BOND: When we talked about this with his black diversity coordinator when it came to - what's her name? - Omarosa. And that one...
MARTIN: She's - and she...
MARTIN: ...Volunteered that?
BOND: Yeah. Yes, she did.
MARTIN: She said that we want to put in place a plan...
BOND: That's - yeah.
MARTIN: ...To empower...
BOND: African-American males to become entrepreneurs.
MARTIN: ...African-American businessmen?
BOND: Yeah. And that's...
MARTIN: People who come out of prison?
BOND: People who come out of prison. She said because at the end of the day, we got to make them people. They want better. When he's talking - she - that's when he talked about that African-American, you know, give us a chance. We want to show you another way. But one thing I told here is this with African-American. I don't care who the president is, until African-Americans want to do better for themselves, nobody can do it better for yourself. But you got to do better for yourself. And individuals like us have to step up. And so, again, I want to get that notion out of African-Americans', you know, minds that, what do you got - what you going to do for me?
MARTIN: We should say there is no mention of any plan to help former prisoners start businesses on Trump's campaign website.
How do you think about his rhetoric? Has any of that bothered you?
BOND: I do feel like it should be toned down just a little bit. But that doesn't persuade me not to vote for you, you know, because you've show me a history of success.
MARTIN: And to Bond, that's more important than toeing the Democratic Party line just because that's what his friends and family expect.
BOND: We have ceded our power to a party. And I believe honestly, for me now, I'm about capitalism, not just loyalty to the Republican Party but the conservative ideas. And conservative ideas are what brought us through the storms and going to lead us back to the sunshine.
MARTIN: Supporting Donald Trump doesn't come without consequences, though.
I'm Rachel Martin.
KATRINA RODGERS: I'm Katrina.
MARTIN: Nice to meet you.
This is Katrina Rodgers. Her dad is the senior pastor at the Antioch Road to Glory International Ministries church in Charlotte. Her family and her church have endorsed Donald Trump. The church does not have non-profit status, so it can take political positions.
RODGERS: One day, we came down here and then we seen a group of individuals. They was tearing down - we had Trump signs in the front. They was tearing those down.
MARTIN: Besides the vandalism, Katrina Rodgers tells us her church has lost a handful of members because of its support of Trump.
RODGERS: There were about five parishioners that felt uncomfortable with our position, and we still have a good relationship with them. It was just, you know, I don't want to be anywhere near Trump. And we understand that. So that was a risk that we took, and we felt like it was worth that risk.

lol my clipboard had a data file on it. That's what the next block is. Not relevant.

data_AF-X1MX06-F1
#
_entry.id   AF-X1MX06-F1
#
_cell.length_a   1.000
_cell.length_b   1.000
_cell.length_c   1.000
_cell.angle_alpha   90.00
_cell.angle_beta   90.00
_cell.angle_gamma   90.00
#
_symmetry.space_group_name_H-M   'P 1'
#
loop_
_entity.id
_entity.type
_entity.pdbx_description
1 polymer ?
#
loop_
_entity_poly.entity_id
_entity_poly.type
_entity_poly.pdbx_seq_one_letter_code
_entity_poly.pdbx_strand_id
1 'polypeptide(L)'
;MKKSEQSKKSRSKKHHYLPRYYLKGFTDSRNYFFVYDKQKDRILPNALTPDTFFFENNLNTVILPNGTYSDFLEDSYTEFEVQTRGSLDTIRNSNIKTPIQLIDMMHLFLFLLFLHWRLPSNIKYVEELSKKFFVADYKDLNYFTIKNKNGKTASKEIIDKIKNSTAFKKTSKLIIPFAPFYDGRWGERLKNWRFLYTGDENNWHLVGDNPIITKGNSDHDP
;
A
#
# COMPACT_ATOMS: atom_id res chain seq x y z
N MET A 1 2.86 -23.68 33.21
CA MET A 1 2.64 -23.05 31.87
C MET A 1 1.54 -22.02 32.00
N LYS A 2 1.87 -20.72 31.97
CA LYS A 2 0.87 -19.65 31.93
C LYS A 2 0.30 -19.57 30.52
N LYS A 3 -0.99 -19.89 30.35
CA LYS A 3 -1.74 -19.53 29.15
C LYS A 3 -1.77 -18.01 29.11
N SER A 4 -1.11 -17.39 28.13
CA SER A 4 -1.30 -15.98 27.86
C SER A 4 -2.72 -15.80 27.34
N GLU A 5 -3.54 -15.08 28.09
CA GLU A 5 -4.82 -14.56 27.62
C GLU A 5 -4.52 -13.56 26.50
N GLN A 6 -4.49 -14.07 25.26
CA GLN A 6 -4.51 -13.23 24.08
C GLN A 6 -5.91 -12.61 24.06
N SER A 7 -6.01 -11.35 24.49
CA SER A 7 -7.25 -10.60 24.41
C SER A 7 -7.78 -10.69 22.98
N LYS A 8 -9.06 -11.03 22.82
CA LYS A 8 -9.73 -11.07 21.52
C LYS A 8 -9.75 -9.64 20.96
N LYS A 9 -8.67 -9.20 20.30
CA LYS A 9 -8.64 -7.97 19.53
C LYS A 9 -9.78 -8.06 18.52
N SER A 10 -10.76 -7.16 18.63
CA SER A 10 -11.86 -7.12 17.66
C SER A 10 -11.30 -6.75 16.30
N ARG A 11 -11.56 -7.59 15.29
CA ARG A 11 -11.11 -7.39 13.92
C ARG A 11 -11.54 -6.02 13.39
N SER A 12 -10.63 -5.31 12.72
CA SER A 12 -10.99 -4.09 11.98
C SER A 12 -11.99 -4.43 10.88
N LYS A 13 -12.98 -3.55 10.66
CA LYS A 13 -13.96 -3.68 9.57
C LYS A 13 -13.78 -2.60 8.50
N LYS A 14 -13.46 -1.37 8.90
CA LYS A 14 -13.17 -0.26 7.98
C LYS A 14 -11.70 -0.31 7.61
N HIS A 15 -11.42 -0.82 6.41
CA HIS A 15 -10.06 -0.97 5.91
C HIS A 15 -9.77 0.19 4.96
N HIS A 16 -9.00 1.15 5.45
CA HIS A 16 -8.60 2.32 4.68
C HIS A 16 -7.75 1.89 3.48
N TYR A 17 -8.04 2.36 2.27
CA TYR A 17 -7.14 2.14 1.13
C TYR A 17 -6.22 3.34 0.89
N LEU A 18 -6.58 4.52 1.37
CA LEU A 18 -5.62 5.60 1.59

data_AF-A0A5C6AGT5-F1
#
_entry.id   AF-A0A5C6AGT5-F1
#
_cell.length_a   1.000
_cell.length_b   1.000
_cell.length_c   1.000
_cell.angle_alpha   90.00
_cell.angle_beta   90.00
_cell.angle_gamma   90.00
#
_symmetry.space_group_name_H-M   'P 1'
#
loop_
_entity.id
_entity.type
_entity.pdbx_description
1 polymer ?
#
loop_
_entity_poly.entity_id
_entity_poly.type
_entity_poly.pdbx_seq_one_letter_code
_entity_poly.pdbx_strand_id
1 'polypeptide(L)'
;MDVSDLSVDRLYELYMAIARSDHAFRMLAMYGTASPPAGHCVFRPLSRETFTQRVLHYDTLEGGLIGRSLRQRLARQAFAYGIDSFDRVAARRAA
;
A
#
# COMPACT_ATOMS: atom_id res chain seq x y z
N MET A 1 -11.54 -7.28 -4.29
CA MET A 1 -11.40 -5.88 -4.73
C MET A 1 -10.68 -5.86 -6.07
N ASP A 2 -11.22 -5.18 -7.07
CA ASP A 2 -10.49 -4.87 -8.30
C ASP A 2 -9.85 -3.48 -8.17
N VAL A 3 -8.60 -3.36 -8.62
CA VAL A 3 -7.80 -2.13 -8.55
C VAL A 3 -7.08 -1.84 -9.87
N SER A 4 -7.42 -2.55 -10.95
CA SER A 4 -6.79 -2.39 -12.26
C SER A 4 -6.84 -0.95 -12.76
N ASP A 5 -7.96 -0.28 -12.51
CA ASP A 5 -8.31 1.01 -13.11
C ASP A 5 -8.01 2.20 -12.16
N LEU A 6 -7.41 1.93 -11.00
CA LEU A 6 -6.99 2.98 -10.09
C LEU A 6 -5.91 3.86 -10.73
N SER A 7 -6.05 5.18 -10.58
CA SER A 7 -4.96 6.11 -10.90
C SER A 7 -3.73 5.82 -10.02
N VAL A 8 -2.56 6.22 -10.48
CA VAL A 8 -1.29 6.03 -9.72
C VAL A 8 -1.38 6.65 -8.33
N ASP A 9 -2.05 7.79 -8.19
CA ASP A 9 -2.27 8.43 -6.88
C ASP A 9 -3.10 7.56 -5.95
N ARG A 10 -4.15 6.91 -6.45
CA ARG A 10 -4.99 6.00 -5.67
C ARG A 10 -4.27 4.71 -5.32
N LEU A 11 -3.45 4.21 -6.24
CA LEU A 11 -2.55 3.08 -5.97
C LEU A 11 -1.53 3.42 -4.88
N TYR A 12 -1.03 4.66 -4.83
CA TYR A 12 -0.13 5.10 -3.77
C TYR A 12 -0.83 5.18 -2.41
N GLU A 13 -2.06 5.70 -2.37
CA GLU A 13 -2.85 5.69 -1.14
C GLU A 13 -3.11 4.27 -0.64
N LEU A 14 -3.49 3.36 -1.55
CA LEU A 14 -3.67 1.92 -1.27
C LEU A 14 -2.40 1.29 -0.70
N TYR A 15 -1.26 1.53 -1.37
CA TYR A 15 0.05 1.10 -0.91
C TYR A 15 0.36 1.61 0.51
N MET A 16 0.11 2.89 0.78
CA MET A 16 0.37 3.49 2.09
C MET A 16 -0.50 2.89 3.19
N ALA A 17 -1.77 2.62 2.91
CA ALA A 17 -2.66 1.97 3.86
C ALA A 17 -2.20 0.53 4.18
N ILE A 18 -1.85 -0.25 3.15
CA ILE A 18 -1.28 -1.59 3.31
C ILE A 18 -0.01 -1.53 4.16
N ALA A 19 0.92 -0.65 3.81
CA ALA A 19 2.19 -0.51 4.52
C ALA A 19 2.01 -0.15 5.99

MARTIN: Katrina Rodgers believes Trump will be good for the economy. She likes his positions on trade and re-evaluating NATO. And when it comes to Hillary Clinton, she, too, can't get past that super predator remark from 20 years ago.
It's not an issue for Shaun Corbett.
SHAUN CORBETT: Hey.
MARTIN: How's it going?
CORBETT: Nice to meet you. Good morning.
MARTIN: Nice to meet you.
MARTIN: We met him at his barbershop northeast of Charlotte. He has run this business for six years and has used it as a sort of hub for all kinds of community service work.
CORBETT: I sat with Hillary Clinton last, I think, Sunday.
MARTIN: Did you, when she was here?
CORBETT: Yeah. She came to Charlotte, and she had a meeting with some of - it was probably about six of us, some of the community leaders. And...
MARTIN: What'd you think?
CORBETT: I like her. She's cool. Like, she got a lot of fire in her. And the type of person that I am, anytime I go meet somebody, I try to do a little bit of research. And what people don't realize about her is - and what I found is that Hillary has been fighting for rights for women, black people, kids and all that since, like, the '70s.
MARTIN: We've talked to quite a few people around Charlotte in the last couple of days, young people in particular who, if you bring up Hillary Clinton, they say, yeah, I'm going to vote for her. But I'm not excited about it because I can't shake the fact that in 1996, two years after her husband's crime bill passed, she talked about super predators in relationship to young African-American men. Is that something that sticks with you?
CORBETT: Well, see, the thing is - man, I'm a convicted felon. I've been in prison. I don't want people to judge me just on that. So sometimes, we all say and do things, at that moment, might have been right or we thought were right. But in time, perceptions change. Thoughts change. People change. So who am I to hold one thing that one person said at one time against them when I don't want somebody to be barred from getting a job because they a felony. Or I don't want somebody to look at me as a convicted felon for something that I did in 1999 or I was a part of in 1999. So I have to look at people that if I can change, anyone can change. And I kind of just leave it at that.
MARTIN: Early voting starts on October 20 at 10 sites in Mecklenburg County, N.C. That will be the first test to determine whether African-Americans are showing up at the polls in the numbers Hillary Clinton needs or if Donald Trump is able to make any inroads at all.
UNIDENTIFIED WOMAN #1: Need everybody to come out. Meet at 11 o'clock; 11:15, you'll march to the polls.
MARTIN: Meanwhile, students here Johnson C. Smith University are planning their own get-out-the-vote efforts. In the midst of all the focus here on early voting and November the 8, one alumni raises her hand. She wants to know if they're going to have any conversations about how to hold elected officials accountable. These students are already thinking about what happens in this country on November 9.